Performance at the cost of expansibility

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Fitted a new 160GB drive the other day - after using Maxtor's MaxBlast 3 utility to add a dynamic drive overlay (as the motherboard's BIOS wouldn't recognize drives bigger than 80GB), I found out that Windows 98 (Second Edition) can't use any space above 137GB.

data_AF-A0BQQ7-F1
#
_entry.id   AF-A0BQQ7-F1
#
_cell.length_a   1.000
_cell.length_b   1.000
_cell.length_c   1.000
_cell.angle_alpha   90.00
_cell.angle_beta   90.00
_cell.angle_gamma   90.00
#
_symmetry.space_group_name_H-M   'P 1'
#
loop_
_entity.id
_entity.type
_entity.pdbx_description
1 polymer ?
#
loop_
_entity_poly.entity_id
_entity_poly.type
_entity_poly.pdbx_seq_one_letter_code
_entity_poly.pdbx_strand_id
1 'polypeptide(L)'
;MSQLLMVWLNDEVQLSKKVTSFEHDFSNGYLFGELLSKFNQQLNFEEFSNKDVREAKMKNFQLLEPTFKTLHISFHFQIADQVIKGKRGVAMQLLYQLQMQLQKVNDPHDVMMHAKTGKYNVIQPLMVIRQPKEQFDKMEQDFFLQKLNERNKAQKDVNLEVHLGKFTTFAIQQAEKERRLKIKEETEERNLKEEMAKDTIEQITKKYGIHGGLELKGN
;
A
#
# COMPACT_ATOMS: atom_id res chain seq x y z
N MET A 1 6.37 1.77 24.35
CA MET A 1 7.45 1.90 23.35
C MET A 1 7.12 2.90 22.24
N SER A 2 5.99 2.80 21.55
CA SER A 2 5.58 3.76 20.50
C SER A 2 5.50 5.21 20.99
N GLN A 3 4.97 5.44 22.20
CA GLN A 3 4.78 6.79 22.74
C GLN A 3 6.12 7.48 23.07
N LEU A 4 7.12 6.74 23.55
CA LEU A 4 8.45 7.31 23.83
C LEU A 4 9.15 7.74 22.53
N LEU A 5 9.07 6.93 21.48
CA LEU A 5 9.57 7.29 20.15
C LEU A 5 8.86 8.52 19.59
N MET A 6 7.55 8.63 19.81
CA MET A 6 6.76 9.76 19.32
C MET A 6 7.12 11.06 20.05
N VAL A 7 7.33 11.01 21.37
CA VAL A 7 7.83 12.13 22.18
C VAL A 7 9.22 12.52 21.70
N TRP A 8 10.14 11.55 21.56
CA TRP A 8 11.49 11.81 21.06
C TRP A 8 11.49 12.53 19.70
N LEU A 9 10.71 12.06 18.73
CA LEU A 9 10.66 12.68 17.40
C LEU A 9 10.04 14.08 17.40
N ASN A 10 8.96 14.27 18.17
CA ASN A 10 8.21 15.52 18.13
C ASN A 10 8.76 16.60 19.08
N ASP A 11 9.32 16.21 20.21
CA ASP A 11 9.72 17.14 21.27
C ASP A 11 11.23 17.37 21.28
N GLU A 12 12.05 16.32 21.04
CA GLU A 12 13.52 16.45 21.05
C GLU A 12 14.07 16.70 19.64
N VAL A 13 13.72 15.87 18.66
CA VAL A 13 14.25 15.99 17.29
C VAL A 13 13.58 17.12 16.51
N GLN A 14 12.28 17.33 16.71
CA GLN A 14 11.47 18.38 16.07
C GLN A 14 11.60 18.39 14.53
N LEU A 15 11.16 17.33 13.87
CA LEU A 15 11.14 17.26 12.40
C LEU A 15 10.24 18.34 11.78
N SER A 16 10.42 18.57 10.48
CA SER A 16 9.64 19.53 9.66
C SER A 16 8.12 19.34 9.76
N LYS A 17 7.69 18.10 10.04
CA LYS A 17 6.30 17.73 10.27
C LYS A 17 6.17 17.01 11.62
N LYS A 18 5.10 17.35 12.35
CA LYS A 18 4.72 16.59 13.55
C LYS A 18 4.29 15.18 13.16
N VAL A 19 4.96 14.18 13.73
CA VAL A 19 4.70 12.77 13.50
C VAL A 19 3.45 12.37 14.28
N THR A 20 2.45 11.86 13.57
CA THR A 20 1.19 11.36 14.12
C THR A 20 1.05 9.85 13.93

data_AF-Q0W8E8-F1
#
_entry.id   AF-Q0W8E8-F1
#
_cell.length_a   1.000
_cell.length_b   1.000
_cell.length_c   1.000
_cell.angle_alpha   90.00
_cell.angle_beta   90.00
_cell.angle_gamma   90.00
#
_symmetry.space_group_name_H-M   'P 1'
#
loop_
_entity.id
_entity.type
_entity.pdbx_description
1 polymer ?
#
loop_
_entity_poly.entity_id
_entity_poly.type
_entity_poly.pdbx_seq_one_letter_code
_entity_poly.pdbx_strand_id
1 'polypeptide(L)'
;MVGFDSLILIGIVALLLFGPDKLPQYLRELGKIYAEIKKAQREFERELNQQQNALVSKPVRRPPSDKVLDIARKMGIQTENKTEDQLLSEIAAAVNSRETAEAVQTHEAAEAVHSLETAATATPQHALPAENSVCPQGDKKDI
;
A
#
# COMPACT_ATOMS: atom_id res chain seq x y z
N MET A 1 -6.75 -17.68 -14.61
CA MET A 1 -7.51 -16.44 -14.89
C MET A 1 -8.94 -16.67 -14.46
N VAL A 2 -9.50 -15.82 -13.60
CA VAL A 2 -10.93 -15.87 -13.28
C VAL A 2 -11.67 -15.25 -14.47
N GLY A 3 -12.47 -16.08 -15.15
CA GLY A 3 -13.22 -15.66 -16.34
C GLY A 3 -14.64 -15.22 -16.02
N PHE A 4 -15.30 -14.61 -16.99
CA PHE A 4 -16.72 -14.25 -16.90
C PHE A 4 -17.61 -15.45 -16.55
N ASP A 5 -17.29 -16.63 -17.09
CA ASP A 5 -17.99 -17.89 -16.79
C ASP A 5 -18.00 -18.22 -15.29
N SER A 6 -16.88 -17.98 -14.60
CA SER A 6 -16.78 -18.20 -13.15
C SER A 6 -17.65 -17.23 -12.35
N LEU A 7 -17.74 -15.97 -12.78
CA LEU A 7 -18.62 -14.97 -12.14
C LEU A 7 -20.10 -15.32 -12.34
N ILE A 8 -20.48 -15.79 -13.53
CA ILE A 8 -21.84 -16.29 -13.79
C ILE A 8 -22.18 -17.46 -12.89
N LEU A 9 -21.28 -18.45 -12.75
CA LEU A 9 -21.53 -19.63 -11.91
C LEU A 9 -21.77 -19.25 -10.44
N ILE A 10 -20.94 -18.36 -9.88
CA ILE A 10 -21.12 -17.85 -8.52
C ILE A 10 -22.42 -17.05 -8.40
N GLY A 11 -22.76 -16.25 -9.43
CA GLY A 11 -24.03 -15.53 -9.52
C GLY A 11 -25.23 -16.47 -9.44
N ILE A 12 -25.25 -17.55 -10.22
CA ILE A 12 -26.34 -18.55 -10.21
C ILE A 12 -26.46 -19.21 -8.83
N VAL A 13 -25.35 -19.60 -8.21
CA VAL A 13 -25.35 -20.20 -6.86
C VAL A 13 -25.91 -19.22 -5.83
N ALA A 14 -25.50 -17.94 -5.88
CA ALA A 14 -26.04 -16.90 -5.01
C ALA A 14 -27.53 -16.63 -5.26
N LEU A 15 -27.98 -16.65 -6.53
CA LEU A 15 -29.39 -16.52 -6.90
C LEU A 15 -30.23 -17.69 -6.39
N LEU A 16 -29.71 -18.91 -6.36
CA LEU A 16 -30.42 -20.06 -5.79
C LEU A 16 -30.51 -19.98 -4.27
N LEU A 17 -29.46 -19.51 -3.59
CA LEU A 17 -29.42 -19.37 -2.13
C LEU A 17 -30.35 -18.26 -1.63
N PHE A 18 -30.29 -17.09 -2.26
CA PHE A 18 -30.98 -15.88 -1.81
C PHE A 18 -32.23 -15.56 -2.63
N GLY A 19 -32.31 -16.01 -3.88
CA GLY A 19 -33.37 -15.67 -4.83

Got to wondering why the Windows 98 and motherboard BIOS designers decided to limit the possible size of future hard drives. In hindsight it seems obvious that drives would continue to increase in capacity, so why didn't they make the design open-ended? One answer would be built-in obsolescence, to force upgrades, but that doesn't really make sense. It seems more likely that increasing the size of recognised hard drives would've meant a drawback in performance at the level they were working with at the time. In order to force the best performance from the system then, they were obliged to limit the ability of the system to work well in the future. Do we do too much of this?